UW+Amazon Science Hub

November 2, 2022

UW + Amazon Science Hub welcomes inaugural fellows

The UW + Amazon Science Hub is thrilled to welcome our first ever cohort of Amazon Fellows. The fellows, who are all UW doctoral students, will receive three quarters of funding to pursue independent research projects in robotics and adjacent areas in AI. They will also have an opportunity to take part in paid summer internships at Amazon where they can work directly with Amazon researchers to gain valuable industry insight and experience.

Learn more about the fellows’ backgrounds and projects below.

Kyle Johnson

Kyle is researching autonomous robotic platforms for swarms of insect-scale devices that can crawl, roll, walk, jump, glide, or fly. His work demonstrates novel solutions to the size, weight, power, sensing, and communication limitations of commercially available technologies. With onboard power, sensing, and control, his robots aim to culminate in fully autonomous and truly bio-inspired systems. He holds a B.S. in Electrical & Computer Engineering and a M.S. in Computer Science & Engineering from the University of Washington.

Project Title: Enabling Autonomy for Insect-Scale Robots

To create autonomous swarms of insect-scale robots that can fly, glide, run, jump, crawl, and/or roll I have researched bio-inspired structural designs and hybrid actuation solutions to address the size, weight, power, sensing, and communication limitations of robots at the sub-gram and millimeter-scale. To build robots that have onboard power, sensing, and control (autonomous) we leverage a hybrid actuation approach with bio-inspired structural designs. 

Utilizing a combination of electromagnetic solenoids, permanent magnets, and the bistability demonstrated in leaf-out origami, we have experimentally achieved crawling, jumping, and gliding locomotion. Utilizing a combination of mm-scale motors and piezoelectric bimorphs, we have theoretically defined the controls for devices that fly, run, and roll.

Michael Murray

Michael Murray

Michael is a graduate student at the University of Washington where he works on robotics and artificial intelligence research as part of the Human Centered Robotics Lab, directed by Professor Maya Cakmak. His research interests include robot learning, embodied artificial intelligence, and human-robot interaction. Prior to graduate school, Michael was a software engineer at Amazon where he worked on computer vision for the Amazon Prime Air delivery drone and the Amazon Go cashierless stores. He holds a B.S. in Computer Science from Neumont College and M.S. in Computer Science from the University of Washington.

Project Title: Learning generalizable manipulation behavior from human demonstrations

This project aims to improve industrial robots ability to learn manipulation behavior from humans. We are particularly interested in behavior that can generalize to operate in previously unseen environments and manipulate previously unseen objects. We will explore interfaces for human provided demonstrations and techniques for learning robot manipulation behavior from a combination of large-scale simulation and human provided demonstrations.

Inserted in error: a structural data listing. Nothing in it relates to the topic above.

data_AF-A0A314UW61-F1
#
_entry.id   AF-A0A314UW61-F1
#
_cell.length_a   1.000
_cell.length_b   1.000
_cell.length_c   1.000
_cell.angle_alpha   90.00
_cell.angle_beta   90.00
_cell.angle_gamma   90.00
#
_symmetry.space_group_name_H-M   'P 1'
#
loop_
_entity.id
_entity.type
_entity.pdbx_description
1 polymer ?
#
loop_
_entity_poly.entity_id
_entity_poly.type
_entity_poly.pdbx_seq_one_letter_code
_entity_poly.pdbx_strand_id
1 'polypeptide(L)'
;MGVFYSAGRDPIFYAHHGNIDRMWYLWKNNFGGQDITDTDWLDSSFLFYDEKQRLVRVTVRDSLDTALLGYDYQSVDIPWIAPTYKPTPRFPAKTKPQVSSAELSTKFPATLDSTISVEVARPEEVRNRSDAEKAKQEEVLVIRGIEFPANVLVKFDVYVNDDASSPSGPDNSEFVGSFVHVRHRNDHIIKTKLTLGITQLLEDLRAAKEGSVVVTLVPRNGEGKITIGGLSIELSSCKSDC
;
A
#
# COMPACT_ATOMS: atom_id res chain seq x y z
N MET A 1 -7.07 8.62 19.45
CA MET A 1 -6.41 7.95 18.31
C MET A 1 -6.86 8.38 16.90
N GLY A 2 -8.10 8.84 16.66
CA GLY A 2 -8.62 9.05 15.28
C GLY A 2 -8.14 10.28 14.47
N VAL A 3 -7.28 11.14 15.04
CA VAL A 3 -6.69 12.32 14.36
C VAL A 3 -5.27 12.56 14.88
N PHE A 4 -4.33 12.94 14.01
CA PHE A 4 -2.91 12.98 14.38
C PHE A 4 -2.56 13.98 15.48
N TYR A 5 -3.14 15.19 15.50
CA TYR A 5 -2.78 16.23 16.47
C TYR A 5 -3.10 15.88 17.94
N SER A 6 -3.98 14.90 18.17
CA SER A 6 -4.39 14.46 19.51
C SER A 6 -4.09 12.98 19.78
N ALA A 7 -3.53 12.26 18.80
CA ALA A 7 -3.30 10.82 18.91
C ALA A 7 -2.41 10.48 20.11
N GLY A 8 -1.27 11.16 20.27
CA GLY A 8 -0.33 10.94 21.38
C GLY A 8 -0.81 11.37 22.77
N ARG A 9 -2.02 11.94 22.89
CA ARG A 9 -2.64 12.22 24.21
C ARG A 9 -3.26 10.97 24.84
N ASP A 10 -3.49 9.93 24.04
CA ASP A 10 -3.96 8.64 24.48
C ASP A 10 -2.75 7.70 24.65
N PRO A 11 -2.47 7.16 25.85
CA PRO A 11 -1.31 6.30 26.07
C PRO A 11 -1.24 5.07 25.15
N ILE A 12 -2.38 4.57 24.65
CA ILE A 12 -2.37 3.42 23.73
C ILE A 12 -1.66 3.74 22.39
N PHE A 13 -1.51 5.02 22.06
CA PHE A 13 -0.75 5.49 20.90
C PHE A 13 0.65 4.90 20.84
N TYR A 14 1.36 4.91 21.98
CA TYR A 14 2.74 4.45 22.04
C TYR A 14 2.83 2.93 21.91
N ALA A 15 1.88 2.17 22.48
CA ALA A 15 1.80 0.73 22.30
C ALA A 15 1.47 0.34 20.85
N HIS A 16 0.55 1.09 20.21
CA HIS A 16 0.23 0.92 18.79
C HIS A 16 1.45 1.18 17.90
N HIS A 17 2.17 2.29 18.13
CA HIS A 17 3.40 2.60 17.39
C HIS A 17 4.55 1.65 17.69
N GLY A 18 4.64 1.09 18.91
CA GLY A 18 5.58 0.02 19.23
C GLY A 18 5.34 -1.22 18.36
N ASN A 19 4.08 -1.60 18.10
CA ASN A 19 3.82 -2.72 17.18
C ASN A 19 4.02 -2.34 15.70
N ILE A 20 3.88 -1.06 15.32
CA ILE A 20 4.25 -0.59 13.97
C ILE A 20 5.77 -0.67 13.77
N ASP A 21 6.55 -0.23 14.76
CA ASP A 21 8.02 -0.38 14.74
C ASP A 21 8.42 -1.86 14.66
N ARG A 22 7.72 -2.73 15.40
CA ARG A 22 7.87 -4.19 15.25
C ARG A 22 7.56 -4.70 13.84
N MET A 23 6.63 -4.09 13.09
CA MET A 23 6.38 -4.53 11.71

Adhyyan Narang

Adhyyan Narang

Adhyyan is a 3rd year Ph.D. student in the labs of Lillian Ratliff and Maryam Fazel. He is interested in answering fundamental theoretical questions in supervised machine learning and reinforcement learning, that can provide practical prescriptions. He holds a B.S. and M.S. in Electrical Engineering and Computer Science from UC Berkeley.

Project Title: Multiagent reinforcement Learning for robot co-ordination

In many applications, multiple robots seek to co-ordinate in order to solve tasks that are dynamically specified: for instance, robots on a warehouse floor that need to move products around, with new orders received at any time. Traditional centralized planning approaches cannot account for the dynamic nature of the tasks, and single-agent reinforcement learning solutions scale poorly with the size of the problem. We consider multiagent RL approaches that can trade-off between optimality and runtime efficiency.

Niyousha Rahimi

Niyousha is a member of the Robotics, Aerospace and Information Networks (RAIN) Lab, directed by Professor Mehran Mesbahi. Her current research draws on tools and concepts from control theory, optimization, and machine learning, where she focuses on combining the best of learning approaches with robust/optimal control for autonomous navigation and control. To ensure reliable behavior, her research takes steps toward understanding the tradeoffs and limitations that arise in feedback settings. She holds a M.Sc. in Mechanical Engineering from the University of Washington and a B.S. in Mechanical Engineering from the Sharif University of Technology.

Project Title: Machine Learning in Feedback Systems: Provable Methods for Safe and Robust Autonomy

Feedback synthesis has recently been approached from the perspective of data-guided control. This trend has been encouraged by modern sensing technologies and efficient computational methods. Machine learning is a promising tool for processing complex information, but it remains unreliable for control and decision-making, particularly in safety-critical systems. In general, deep learning does not consider uncertainty representation in regression settings, and deep learning classification models often give normalized score vectors, which do not necessarily capture model uncertainty. To this end, the control community seeks to combine the best of learning with robust/optimal control for autonomous navigation. Towards the goal of ensuring reliable behavior, this project takes steps toward understanding the trade-offs and limitations that arise in feedback settings.

Learn more about the Amazon Fellowship here.

Read more about this story on Amazon Science.